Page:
Pregabalin (which is used to treat chronic pain caused by a damaged nervous system)
The problem with synthetic medications is the long-term side effects that inevitably accompany their use. Due to the uncertain and chronic nature of fibromyalgia, it’s almost guaranteed that you will end up using these potentially harmful medications for long periods of time.
The masking of so many symptoms simultaneously also makes this treatment route counterproductive. Yes, those medications may help with temporary pain relief, but the need to address other medication-induced side effects often leads to further long-term problems. Some of the more common side effects associated with fibromyalgia drugs are:
Potential interactions with other drugs
“The drug with no side effects is only in our imagination.” – Dr. Eduardo Fraifeld (President, American Academy of Pain Medicine)
Natural Methods for Helping Treat Fibromyalgia
For anyone who wishes to bypass or minimize the slew of side effects just mentioned, we suggest exploring the alternative methods below.
The Fibromyalgia Diet
While there is no actual diet catered specifically to fibromyalgia sufferers, doctors advise that if certain foods cause consistent discomfort, omit them from your meals. To keep track of the foods that do or do not lead to pain, food diaries may come in handy and the more detail the better. After a while, you may start noticing diet patterns that either make you feel better or worse. This is valuable information for both you and your doctor which will hopefully lead to a more effective fibromyalgia treatment over time. As a good rule of thumb, you should avoid these 5 foods if you experience muscle, joint, or fibromyalgia pain. If you want to take these preventative steps even further, try your best to stick to a diet full of real, whole, anti-inflammatory foods and cut out your consumption of processed foods and refined sugars.
Supplements and Herbs for Fibromyalgia
Getting enough sleep and minimizing both physical and mental stress are each crucial for people living with fibromyalgia. Fortunately, our planet produces natural anti-inflammatory herbs such as turmeric, ginger or garlic and there are supplements such as melatonin or 5-HTP that help induce and encourage deeper sleeps. Keeping inflammation at a minimum and addressing chronic fatigue before it takes too much of a negative toll on your mental health will help reduce symptoms safely.[12,13,14]
Supplementing vitamins D, B12 and magnesium can also help relieve muscle aches, nerve pain, restore muscle fibers, and elevate your mood.[15,16,17] The easiest way to benefit from these is through oral supplementation, although receiving these vitamins or minerals intravenously to targeted body parts is also optional through your doctor.
Yoga and Tai Chi for Fibromyalgia
Yoga and tai chi have been used for centuries for healing numerous physical and mental ailments. Combining meditation, mindful breathing and relaxation, there is evidence that each of these natural treatments can effectively help control fibromyalgia symptoms.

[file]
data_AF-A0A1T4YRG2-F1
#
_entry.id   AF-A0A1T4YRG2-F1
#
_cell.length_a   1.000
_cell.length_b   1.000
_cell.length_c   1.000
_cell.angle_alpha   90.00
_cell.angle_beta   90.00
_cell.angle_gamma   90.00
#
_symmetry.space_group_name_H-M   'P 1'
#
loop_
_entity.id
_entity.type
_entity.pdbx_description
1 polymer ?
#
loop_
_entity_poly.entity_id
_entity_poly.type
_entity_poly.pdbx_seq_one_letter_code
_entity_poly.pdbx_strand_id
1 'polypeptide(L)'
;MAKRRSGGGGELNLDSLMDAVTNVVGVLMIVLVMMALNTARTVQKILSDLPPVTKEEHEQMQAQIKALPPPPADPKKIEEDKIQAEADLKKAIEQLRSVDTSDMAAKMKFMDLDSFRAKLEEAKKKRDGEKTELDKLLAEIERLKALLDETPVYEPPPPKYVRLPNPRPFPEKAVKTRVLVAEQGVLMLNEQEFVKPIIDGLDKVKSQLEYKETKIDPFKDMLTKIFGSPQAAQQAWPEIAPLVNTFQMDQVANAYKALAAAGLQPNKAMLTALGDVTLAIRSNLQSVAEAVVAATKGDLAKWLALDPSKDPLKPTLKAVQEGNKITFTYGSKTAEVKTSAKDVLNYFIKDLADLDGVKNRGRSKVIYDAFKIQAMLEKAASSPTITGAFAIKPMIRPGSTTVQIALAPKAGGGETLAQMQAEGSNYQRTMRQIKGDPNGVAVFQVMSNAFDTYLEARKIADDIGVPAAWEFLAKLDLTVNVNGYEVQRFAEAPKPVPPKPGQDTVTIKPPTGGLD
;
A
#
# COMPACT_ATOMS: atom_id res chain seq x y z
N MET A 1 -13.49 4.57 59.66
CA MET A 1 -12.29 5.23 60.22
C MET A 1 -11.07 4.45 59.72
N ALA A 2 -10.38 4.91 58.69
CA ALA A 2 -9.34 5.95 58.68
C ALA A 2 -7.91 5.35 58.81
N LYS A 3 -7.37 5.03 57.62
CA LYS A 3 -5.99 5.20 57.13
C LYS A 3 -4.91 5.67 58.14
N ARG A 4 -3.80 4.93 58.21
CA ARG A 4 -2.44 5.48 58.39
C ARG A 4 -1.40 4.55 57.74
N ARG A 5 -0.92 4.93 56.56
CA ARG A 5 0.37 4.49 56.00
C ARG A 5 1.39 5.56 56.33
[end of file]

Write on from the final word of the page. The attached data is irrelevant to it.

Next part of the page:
One study published in the International Journal of Yoga Therapy followed a group of people with fibromyalgia for two months. Over the course of the study, researchers observed significant improvements in their stiffness, anxiety, depression, and overall wellbeing after regular practice of yoga and meditation. There was even an increase in days where participants “felt good” and a decrease in days of “missed work”.
Another in the New England Journal of Medicine conducted randomized 12-week trials with tai chi intervention. During the study, participants with fibromyalgia could continue using routine medications and seeing their primary healthcare providers or rheumatologists. They took part in a 60-minute tai chi class twice per week and were instructed to practice 20 minutes of tai chi on their own at home every day. At twelve weeks, in comparison to the control group, the group who had tai chi intervention showed greater improvements in sleep and more subjects had discontinued their use of fibromyalgia medications.
Massage Therapy for Fibromyalgia
Massage therapy is arguably one of the oldest alternative treatments that is still in practice (and alive and well). Whatever your ailment, a massage therapy session can help lower your heart rate, relax your muscles, and increase the overall range of motion in your joints.
In the journal Rheumatology International, researchers conducted a thorough review of all available studies relating to the effects of massage therapy on fibromyalgia symptoms. They found that massage therapy could offer immediate short-term relief, especially when sessions occur at least 1 to 2 times per week. Further research published in the Public Library of Science (PLOS) found that when massage therapy happened for at least 5 weeks, fibromyalgia symptoms (e.g., pain, anxiety, and depression) provided beneficial and immediate improvements. While long-term benefits could be seen, researchers concluded that more studies needed to be conducted before making any definite claims.[20,21]